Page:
BEAR, DELAWARE

 

You and the other shark-eyed biologists who wrote in are correct; that is indeed a nurse shark on the boat. We regret the error. —Ed.

 


 

Photo courtesy of the Library of Congress

MYSTERIOUS NO MORE

I was struck by the excellent article on David Grayson (“The Mysterious David Grayson,” Fall 2017). Besides its general excellence, there was a personal dimension for me. Some 71 years ago, I was a senior at Brooklyn Technical High School and enrolled in a fine course on radio writing. As part of our training, we students were assigned a biography of a notable person frequently obscure to the average student. I was assigned to write a piece on someone previously totally unknown to me—Ray Stannard Baker. In the process of research, I learned that besides being a muckraker and then a member of Woodrow Wilson’s cabinet, he was also a very popular author of nature books under the nom de plume of David Grayson.

 Fast forward to 1968, 10 years after I became a professor of English at UMass Amherst: I moved with my family to South Sunset Avenue, 100 yards or so from the old homestead of Ray Baker/David Grayson. As some of my students were wont to say, “What goes around comes around.”

Great issue, keep it up!

Jules Chametzky
Professor Emeritus
AMHERST, MASSACHUSETTS

 

I enjoy reading and collecting books about rural New England in the early 1900s, and I discovered David Grayson’s works about 10 years ago. Much to my surprise, I also found out his UMass connection. What I find moving when reading his books is that even in the early 1900s, there was a nostalgia for times gone by when people knew their neighbors and there was a sense of community. Here we are in 2018, and nothing has changed. These longings are universal to all of us—perhaps even more so in today’s world. Whenever I visit UMass and walk by the Grayson dormitory, I will have a smile on my face and I will thank him for his work.

Keith Kirkland ’85
DUDLEY, MASSACHUSETTS

 


 

My Manhattan

Illustration by Gwenda Kaczor

3 CHEERS FROM 3 DAVES

Just wanted you to know how much I enjoyed “My Manhattan,” by Brianna Parker ’19 (Fall 2017). I have read it to a bunch of people. Beautifully written, great rhythm, and a moving experience. Many reasons to be impressed.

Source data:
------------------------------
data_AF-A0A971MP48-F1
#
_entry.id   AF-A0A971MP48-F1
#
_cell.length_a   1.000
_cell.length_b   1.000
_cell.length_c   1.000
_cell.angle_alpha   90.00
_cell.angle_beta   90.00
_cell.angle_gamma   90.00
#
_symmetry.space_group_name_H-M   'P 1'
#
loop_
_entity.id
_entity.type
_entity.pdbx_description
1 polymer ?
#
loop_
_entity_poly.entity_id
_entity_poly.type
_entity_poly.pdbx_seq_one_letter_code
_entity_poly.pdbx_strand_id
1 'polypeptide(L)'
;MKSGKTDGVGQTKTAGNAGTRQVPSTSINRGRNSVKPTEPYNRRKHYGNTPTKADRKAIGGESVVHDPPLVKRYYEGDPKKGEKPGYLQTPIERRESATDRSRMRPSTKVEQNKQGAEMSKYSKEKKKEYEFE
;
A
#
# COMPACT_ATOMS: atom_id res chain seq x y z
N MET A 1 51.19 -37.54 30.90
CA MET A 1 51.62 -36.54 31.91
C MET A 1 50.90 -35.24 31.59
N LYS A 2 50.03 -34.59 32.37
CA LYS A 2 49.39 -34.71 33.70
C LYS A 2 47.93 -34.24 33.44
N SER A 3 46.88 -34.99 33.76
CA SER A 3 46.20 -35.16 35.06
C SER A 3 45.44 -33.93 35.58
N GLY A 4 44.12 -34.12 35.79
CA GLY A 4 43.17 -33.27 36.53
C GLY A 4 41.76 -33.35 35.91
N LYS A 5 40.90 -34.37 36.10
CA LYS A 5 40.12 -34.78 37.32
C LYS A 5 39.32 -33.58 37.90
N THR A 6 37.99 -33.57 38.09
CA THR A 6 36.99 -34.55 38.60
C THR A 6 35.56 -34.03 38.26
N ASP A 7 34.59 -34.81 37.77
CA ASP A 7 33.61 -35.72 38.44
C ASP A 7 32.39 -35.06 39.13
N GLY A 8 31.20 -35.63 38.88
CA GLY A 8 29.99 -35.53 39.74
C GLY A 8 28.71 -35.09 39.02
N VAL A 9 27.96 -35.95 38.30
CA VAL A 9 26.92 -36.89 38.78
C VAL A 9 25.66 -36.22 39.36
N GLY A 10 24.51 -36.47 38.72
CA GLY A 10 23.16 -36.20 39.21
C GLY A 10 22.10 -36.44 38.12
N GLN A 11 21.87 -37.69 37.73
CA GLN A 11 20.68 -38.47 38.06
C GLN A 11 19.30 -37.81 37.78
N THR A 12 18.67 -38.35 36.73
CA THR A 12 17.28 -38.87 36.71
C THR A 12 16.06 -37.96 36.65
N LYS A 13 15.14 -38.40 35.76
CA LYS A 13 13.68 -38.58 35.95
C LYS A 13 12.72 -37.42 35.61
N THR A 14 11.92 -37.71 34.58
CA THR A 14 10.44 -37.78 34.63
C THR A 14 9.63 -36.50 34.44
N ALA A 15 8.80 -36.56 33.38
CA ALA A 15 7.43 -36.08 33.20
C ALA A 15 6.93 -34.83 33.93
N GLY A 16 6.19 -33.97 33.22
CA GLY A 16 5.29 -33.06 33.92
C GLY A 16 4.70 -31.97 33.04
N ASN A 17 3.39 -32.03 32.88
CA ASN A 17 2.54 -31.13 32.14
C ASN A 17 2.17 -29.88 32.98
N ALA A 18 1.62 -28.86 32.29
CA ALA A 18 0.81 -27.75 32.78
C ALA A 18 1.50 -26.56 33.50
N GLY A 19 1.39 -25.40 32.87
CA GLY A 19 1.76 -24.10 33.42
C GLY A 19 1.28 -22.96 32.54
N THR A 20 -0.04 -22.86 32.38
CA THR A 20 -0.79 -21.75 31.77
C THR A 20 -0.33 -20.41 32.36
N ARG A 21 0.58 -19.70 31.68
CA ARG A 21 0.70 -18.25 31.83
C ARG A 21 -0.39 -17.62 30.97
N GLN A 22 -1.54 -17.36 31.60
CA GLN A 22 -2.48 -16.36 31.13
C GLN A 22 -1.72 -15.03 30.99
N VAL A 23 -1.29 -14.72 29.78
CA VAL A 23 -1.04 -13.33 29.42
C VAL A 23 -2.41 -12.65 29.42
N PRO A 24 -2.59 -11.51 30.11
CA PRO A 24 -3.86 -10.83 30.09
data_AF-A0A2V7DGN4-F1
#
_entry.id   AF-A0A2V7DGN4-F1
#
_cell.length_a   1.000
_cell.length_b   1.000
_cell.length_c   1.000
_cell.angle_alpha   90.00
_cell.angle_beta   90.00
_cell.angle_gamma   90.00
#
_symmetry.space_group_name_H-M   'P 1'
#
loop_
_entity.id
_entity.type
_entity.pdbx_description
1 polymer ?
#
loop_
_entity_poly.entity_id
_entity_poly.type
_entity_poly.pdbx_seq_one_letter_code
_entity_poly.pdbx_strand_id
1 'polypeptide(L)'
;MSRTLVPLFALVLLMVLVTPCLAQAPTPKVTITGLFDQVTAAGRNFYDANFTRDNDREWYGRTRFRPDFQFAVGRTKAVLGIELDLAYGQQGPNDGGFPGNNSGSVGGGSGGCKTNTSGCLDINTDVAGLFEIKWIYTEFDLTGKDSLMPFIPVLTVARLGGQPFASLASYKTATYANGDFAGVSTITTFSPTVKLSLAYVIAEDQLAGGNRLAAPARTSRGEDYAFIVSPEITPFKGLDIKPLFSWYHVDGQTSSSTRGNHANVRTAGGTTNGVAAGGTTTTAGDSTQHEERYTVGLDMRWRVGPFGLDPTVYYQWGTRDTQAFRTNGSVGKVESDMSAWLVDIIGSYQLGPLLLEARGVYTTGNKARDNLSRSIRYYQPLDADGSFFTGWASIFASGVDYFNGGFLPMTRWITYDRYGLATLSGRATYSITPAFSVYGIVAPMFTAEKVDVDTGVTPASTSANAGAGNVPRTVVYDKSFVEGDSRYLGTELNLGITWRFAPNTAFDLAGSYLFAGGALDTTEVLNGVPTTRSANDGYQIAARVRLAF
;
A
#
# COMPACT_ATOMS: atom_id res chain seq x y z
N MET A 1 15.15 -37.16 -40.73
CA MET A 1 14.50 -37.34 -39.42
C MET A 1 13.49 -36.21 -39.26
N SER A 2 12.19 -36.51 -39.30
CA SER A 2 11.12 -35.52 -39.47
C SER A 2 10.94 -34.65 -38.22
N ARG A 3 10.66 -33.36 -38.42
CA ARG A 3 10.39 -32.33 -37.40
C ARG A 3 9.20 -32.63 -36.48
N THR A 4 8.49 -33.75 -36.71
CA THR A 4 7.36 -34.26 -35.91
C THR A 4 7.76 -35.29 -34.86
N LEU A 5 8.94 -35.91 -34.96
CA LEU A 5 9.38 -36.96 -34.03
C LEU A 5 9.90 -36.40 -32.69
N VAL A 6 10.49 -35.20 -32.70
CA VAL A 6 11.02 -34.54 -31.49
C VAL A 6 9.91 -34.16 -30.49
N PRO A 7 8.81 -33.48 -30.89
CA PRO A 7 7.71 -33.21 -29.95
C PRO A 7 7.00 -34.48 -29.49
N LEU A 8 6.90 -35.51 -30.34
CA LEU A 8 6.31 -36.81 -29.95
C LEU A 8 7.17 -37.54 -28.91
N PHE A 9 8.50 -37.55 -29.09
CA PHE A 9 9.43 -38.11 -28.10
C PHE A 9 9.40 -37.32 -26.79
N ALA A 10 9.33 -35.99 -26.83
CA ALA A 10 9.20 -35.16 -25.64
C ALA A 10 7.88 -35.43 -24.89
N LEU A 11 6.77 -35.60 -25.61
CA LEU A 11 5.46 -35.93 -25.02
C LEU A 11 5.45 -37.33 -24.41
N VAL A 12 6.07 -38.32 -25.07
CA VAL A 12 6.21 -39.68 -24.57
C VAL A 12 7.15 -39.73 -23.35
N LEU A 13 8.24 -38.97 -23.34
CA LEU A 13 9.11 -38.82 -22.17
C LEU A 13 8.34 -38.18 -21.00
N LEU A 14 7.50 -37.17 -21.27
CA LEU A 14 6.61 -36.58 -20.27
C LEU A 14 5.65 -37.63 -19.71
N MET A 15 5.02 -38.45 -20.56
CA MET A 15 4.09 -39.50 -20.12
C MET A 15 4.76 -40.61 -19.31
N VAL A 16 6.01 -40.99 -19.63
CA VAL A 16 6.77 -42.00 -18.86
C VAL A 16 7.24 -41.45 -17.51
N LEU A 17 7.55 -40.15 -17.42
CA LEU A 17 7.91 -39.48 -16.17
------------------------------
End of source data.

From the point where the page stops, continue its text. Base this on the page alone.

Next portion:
David Valicenti ’93
PITTSFIELD, MASSACHUSETTS

 

“My Manhattan” was inspirational and riveting! It struck a chord with me when Brianna Parker wrote, “Prejudice and ignorance is mistaken for patriotism.” Right on!!!

David Cunningham ’79
EAST HAMPSTEAD, NEW HAMPSHIRE

 

Your Fall 2017 issue was outstandingly good! The breathtaking essay by Brianna Parker set the tone, and other articles and vignettes were excellent as well. Photos and graphics were very well done. A very positive presentation of interesting and significant contributions by current and past UMass affiliates. Despite the advances of the digital world, it is hard to imagine that it could match the impact of your printed work.

Dave Storey ’54
HADLEY, MASSACHUSETTS

 


 

INFERNAL MACHINES 

Your article about computer vision (“Machines That See,” Fall 2017) was interesting. I just wonder about the tone that all the applications mentioned are great. Is it really so great? I imagine a world where we are all characters in a BBC period piece. Instead of servants, we have robots and computers. What do people do then? The rich of England were doing a duty to hire people and care for the land that had been in their families for generations. What are we doing? Just would like to see people talk about the reality of this for humans versus a golly, gee-whiz tone that it is all so wonderful. Yes, let robots do dangerous work in mines, but maybe having to remember my keys might be good for me.

Arlen Gould ’97G
AMHERST, MASSACHUSETTS

Good to see that Class Notes are returning to the print edition of the magazine. This was always the first thing I would look for when receiving it! Removing Class Notes from print, in the first place, was an idea right up there with New Coke: if it ain’t broke, don’t fix it!

Jeff Kline ’78
WOBURN, MASSACHUSETTS

 

Thanks, Jeff, you'll find Class Notes (now called Connections) here. Now do your part! We want to hear from you and other alumni out there. Submit your career and family news to UMassAlumni.com/classnotes. Report address changes and deaths to updates@umass.edu.